-->USD rally continues especially against euro as markets ignore US political risks for now; Neutral RBNZ supports 1.00% terminal rate
- USD: A refocus back to US political risks: New Hampshire update – Bernie Sanders wins the New Hampshire primaries with Buttigieg coming in second. The bigger surprise is Klobuchar who catapults to third with further disappointment for Joe Biden (a distant fifth). The results once again reinforce the view that Sanders risk remains underpriced and that Biden is losing momentum. More important though will be the Nevada caucus on February 22, as this will be a better proxy for Super Tuesday (when 1/3 of delegates are awarded).
- USD: CPI Preview (data due tonight) – Citi analysts expect US January CPI to support core PCE returning to 2% and see a solid 0.21%MoM increase in January, with moderate increases in components of underlying inflation but with relatively more strength in transitory factors. The data though is unlikely to be strong enough to price out expectations of Fed cuts this year (US rates currently price slightly more than 40bp of cuts before year-end), given that risks remain tilted to the downside on coronavirus concerns – such sentiment is likely to cap any post CPI rally in USD.
- NZD: RBNZ statement now neutral with a slight hawkish bias; Key highlights – (1) The RBNZ keeps the cash rate unchanged at 1% with the Bank noting “…employment is at or slightly above its maximum sustainable level while consumer price inflation is close to the 2% mid-point of our target range”. (2) RBNZ’s growth forecasts are reduced for 2020H1, reflecting a hit from the novel coronavirus, but upgraded for 2020H2, based on higher fiscal stimulus, higher house prices and a terms of trade boost as the RBNZ believes that the impact of the coronavirus will likely be temporary. Indeed, the RBNZ assumes that the outbreak is likely to be contained by end of February, and economic activity likely to return back to normal from March onwards. (3) While Governor Orr suggests that the Board feels “the need to keep rates at the low level for a prolonged period to meet its inflation objective”, the Bank not only removes its short-term easing bias but now projects a full rate hike of 0.25% by Q3’2021 despite a higher projection for NZD TWI (trade weighted index) than that in November. The RBNZ also removes the sentence ”it will remain prepared to act as required” in the November statement.
EUR: EZ hard data disappoints but Citi analysts see better times
- EUR: A sharp fall in euro zone December industrial production, 3rd successive quarterly decline but better signals ahead – Euro zone industrial production drops -2.1% MM in December (largest monthly drop since Feb-16) after 0.0% in November (revised down from +0.2% MM). This leaves Q4 industrial output down -1.4% QQ, the third successive quarterly decline and at -4.1% YY in December after -1.7% YY in November. Bottom line - a poor December snapshot, ending 2019 on an extremely weak footing. Going forward however, Citi analysts expect to see a rebound in manufacturing PMI in January and the better tone in sentiment surveys more broadly, alongside clear evidence of a bounce in the euro zone composite leading indicator that signals better times ahead. But risks are probably skewed to the downside, depending on how disruptive the coronavirus will be on global supply chains towards the end of 1Q-20.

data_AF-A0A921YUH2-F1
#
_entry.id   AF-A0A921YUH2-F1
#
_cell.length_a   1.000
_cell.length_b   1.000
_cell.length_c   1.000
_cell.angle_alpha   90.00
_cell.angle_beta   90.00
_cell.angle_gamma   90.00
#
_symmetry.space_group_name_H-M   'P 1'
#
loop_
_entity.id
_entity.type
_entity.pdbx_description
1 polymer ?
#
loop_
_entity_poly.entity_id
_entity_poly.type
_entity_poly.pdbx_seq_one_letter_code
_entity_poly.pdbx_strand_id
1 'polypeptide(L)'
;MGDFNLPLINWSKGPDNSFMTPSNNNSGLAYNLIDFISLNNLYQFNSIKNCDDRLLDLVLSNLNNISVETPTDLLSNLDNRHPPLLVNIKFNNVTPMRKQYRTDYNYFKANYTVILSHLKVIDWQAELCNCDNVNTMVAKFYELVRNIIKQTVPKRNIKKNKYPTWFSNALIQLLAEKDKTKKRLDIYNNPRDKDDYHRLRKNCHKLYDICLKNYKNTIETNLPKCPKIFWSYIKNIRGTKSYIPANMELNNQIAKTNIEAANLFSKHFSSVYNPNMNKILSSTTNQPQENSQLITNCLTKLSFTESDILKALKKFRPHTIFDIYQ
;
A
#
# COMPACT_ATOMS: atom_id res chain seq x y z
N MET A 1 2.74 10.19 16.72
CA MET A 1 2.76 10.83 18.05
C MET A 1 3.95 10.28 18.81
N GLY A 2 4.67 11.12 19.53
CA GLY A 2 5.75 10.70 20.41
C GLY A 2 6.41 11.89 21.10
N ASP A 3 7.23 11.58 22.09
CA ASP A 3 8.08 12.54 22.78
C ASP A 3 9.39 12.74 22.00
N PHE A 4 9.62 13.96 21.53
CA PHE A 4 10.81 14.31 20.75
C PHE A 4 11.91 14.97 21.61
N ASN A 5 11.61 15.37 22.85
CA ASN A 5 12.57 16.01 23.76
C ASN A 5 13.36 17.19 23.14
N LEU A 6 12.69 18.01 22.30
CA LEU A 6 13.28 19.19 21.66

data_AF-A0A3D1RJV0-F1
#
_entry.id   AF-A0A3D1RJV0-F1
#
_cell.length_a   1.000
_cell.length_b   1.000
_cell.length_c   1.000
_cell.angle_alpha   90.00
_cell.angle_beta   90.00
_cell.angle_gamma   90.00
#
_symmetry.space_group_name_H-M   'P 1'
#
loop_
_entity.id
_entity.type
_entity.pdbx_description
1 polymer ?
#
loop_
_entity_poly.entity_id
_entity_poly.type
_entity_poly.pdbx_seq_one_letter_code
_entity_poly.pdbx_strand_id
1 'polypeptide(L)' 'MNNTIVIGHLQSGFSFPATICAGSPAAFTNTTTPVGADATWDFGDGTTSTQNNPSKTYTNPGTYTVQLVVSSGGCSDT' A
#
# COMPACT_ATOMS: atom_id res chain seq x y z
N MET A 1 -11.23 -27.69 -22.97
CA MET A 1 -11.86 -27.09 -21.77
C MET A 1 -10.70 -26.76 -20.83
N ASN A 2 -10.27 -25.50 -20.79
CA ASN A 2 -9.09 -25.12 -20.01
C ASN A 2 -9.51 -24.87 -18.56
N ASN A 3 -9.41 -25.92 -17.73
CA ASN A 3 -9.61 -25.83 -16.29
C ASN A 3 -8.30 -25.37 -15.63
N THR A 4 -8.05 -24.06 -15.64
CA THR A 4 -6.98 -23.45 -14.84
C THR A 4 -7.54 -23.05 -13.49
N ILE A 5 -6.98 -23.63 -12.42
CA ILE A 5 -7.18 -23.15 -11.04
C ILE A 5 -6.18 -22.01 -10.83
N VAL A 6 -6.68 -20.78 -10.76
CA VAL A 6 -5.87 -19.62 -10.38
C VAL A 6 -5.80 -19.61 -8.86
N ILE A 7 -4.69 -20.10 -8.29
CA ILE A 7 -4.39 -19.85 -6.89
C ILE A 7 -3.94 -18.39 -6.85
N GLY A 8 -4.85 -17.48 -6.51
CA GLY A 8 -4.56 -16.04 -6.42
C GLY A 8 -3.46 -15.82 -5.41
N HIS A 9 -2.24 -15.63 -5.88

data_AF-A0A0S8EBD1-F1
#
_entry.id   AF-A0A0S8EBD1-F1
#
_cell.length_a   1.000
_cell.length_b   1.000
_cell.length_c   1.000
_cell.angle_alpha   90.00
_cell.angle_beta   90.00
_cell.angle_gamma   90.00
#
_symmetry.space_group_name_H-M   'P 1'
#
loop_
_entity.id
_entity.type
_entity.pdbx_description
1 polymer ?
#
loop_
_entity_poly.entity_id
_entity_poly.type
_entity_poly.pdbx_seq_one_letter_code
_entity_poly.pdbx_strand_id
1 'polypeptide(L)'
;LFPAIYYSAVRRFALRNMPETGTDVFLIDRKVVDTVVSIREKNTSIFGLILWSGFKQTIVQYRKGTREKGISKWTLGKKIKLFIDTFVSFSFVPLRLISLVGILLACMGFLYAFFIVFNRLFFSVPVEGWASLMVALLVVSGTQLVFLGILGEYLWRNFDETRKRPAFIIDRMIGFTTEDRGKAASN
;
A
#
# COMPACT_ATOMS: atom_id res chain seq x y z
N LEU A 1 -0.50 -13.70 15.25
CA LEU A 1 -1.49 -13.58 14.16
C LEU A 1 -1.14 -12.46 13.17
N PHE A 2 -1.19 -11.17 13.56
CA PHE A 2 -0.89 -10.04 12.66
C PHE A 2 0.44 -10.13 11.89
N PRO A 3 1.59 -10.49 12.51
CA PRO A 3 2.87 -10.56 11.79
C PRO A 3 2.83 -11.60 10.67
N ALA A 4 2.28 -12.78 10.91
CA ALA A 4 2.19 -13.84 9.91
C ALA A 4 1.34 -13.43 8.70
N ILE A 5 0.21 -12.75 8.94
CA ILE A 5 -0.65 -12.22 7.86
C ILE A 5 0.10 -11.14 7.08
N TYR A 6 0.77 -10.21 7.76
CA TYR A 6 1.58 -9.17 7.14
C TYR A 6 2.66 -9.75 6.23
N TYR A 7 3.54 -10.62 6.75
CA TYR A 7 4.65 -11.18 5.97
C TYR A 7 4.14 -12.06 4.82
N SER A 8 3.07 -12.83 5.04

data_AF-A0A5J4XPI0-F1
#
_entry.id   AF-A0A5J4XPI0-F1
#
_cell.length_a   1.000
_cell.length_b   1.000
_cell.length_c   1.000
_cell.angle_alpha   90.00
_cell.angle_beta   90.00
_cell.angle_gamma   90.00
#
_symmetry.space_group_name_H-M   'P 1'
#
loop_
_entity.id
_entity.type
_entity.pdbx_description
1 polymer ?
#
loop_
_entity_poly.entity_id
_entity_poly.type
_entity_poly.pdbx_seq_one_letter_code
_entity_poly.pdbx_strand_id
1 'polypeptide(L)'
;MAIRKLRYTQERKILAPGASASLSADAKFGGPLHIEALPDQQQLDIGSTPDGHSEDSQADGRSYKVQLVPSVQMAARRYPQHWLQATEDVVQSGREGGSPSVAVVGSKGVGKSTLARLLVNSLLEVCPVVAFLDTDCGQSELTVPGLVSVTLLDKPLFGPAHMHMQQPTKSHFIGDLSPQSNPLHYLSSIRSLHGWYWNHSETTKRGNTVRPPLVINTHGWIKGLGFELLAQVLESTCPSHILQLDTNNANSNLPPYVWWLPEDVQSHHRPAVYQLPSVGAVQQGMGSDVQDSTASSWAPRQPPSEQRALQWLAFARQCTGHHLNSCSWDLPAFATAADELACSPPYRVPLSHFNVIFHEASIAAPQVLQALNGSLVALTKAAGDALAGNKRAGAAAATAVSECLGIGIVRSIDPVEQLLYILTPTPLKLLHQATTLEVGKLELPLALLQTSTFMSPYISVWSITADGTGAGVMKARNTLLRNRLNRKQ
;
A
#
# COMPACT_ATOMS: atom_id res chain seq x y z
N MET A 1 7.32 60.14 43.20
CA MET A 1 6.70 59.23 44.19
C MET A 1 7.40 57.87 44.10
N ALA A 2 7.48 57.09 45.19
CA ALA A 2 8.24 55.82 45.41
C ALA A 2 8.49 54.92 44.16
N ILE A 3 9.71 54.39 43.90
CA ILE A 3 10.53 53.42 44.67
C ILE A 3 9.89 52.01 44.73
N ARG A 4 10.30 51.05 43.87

- EUR Outlook – Following the weaker industrial production data overnight (hard data), markets seem to be consciously repricing European growth and also perhaps thinking about the impact that a fiscal package will have on Europe’s current account surplus. However, this may also provide an early test of the resolution of the US Administration to use its new Currency Rule powers. Meanwhile, euro zone front end rates now price roughly 6bp of ECB rate cuts by year end (60% chance of a 10bp cut) on fears that the EU-China supply chain will likely take a hit from the Coronavirus outbreak.
Commodity Bloc: Neutral RBNZ supports 1.00% terminal cash rate; Australian consumer confidence up
- NZD: Following the RBNZ meeting yesterday, Citi analysts retain their call for the RBNZ terminal cash rate to remain at 1.00% in 2020. That said, the odds of rate cuts still remain larger than rate hikes. The impact of Coronavirus on New Zealand will remain a source of uncertainty, and a larger than expected impact could see the RBNZ turn more dovish. In particular, the Bank still expects the stable world economy to continue but this could change with negative coronavirus surprises, which have already forced economists to lower China and world growth forecasts.
- AUD: Australia: Nice bottoming signal in consumer confidence - Westpac consumer confidence index rises to 95.5 in February versus 93.4 last. Details of the survey show expectations for the Australian economy 1 and 5yrs ahead in addition to intentions to buy major household items, bouncing surprisingly strongly in February. The data follows the improvement in Australia’s January NAB business confidence to -0.8% from -2.5% in December, signaling that Australian indicators are now starting to price in the cyclical recovery.
Asia EM: SGD under pressure on Coronavirus fears
- SGD: Is under pressure overnight as another coronavirus case is reportedly confirmed in Singapore’s financial district. Reiterating heightened risk of slope flattening in April (at least 40% odds) - Following the swift de-facto easing last week, whether MAS actually flattens the slope still hinges on how data and outlook have evolved by April. Events remain highly fluid, but MAS’s acknowledgement that economic conditions have weakened suggests the risk that the criteria for a slope flattening will likely be met, has materially increased.
This is an extract from the Daily Currency Update, dated February 13, 2020. Please approach a Citigold Relationship Manager if you would like more information.